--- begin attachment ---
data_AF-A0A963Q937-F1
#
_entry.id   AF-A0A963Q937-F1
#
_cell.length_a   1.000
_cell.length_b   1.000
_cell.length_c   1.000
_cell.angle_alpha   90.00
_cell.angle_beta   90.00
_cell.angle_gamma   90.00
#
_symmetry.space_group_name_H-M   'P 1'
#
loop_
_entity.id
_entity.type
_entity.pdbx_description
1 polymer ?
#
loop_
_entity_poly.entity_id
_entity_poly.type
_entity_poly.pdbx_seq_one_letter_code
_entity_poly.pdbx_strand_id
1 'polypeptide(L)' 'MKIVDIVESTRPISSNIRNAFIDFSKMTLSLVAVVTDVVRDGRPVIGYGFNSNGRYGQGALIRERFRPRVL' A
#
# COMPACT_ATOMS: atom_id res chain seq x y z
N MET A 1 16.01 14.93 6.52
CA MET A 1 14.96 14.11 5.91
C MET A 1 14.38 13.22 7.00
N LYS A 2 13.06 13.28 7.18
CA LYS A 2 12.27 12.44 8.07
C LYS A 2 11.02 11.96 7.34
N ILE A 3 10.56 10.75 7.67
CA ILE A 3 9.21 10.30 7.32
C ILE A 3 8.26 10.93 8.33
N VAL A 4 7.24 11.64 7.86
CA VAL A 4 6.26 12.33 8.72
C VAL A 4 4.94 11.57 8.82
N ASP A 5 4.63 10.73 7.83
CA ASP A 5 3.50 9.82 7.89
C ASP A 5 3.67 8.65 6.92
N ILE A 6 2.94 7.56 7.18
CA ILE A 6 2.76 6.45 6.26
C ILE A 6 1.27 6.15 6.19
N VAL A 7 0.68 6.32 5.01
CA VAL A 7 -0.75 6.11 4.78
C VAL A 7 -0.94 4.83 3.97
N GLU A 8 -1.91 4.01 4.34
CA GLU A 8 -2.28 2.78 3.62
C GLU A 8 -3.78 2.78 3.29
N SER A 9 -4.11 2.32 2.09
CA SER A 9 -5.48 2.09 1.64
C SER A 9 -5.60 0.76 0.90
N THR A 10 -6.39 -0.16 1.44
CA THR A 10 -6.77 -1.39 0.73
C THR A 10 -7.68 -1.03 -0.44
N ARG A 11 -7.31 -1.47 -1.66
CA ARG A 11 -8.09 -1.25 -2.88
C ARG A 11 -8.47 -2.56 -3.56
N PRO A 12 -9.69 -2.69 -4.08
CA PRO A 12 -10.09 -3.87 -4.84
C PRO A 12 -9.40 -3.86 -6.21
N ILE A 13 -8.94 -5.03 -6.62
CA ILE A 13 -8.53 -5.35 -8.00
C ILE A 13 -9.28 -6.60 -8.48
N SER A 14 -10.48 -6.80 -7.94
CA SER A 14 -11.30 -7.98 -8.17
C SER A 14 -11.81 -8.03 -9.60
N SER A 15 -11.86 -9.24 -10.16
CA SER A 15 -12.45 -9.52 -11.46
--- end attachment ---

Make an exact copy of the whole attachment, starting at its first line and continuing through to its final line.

data_AF-A0A963Q937-F1
#
_entry.id   AF-A0A963Q937-F1
#
_cell.length_a   1.000
_cell.length_b   1.000
_cell.length_c   1.000
_cell.angle_alpha   90.00
_cell.angle_beta   90.00
_cell.angle_gamma   90.00
#
_symmetry.space_group_name_H-M   'P 1'
#
loop_
_entity.id
_entity.type
_entity.pdbx_description
1 polymer ?
#
loop_
_entity_poly.entity_id
_entity_poly.type
_entity_poly.pdbx_seq_one_letter_code
_entity_poly.pdbx_strand_id
1 'polypeptide(L)' 'MKIVDIVESTRPISSNIRNAFIDFSKMTLSLVAVVTDVVRDGRPVIGYGFNSNGRYGQGALIRERFRPRVL' A
#
# COMPACT_ATOMS: atom_id res chain seq x y z
N MET A 1 16.01 14.93 6.52
CA MET A 1 14.96 14.11 5.91
C MET A 1 14.38 13.22 7.00
N LYS A 2 13.06 13.28 7.18
CA LYS A 2 12.27 12.44 8.07
C LYS A 2 11.02 11.96 7.34
N ILE A 3 10.56 10.75 7.67
CA ILE A 3 9.21 10.30 7.32
C ILE A 3 8.26 10.93 8.33
N VAL A 4 7.24 11.64 7.86
CA VAL A 4 6.26 12.33 8.72
C VAL A 4 4.94 11.57 8.82
N ASP A 5 4.63 10.73 7.83
CA ASP A 5 3.50 9.82 7.89
C ASP A 5 3.67 8.65 6.92
N ILE A 6 2.94 7.56 7.18
CA ILE A 6 2.76 6.45 6.26
C ILE A 6 1.27 6.15 6.19
N VAL A 7 0.68 6.32 5.01
CA VAL A 7 -0.75 6.11 4.78
C VAL A 7 -0.94 4.83 3.97
N GLU A 8 -1.91 4.01 4.34
CA GLU A 8 -2.28 2.78 3.62
C GLU A 8 -3.78 2.78 3.29
N SER A 9 -4.11 2.32 2.09
CA SER A 9 -5.48 2.09 1.64
C SER A 9 -5.60 0.76 0.90
N THR A 10 -6.39 -0.16 1.44
CA THR A 10 -6.77 -1.39 0.73
C THR A 10 -7.68 -1.03 -0.44
N ARG A 11 -7.31 -1.47 -1.66
CA ARG A 11 -8.09 -1.25 -2.88
C ARG A 11 -8.47 -2.56 -3.56
N PRO A 12 -9.69 -2.69 -4.08
CA PRO A 12 -10.09 -3.87 -4.84
C PRO A 12 -9.40 -3.86 -6.21
N ILE A 13 -8.94 -5.03 -6.62
CA ILE A 13 -8.53 -5.35 -8.00
C ILE A 13 -9.28 -6.60 -8.48
N SER A 14 -10.48 -6.80 -7.94
CA SER A 14 -11.30 -7.98 -8.17
C SER A 14 -11.81 -8.03 -9.60
N SER A 15 -11.86 -9.24 -10.16
CA SER A 15 -12.45 -9.52 -11.46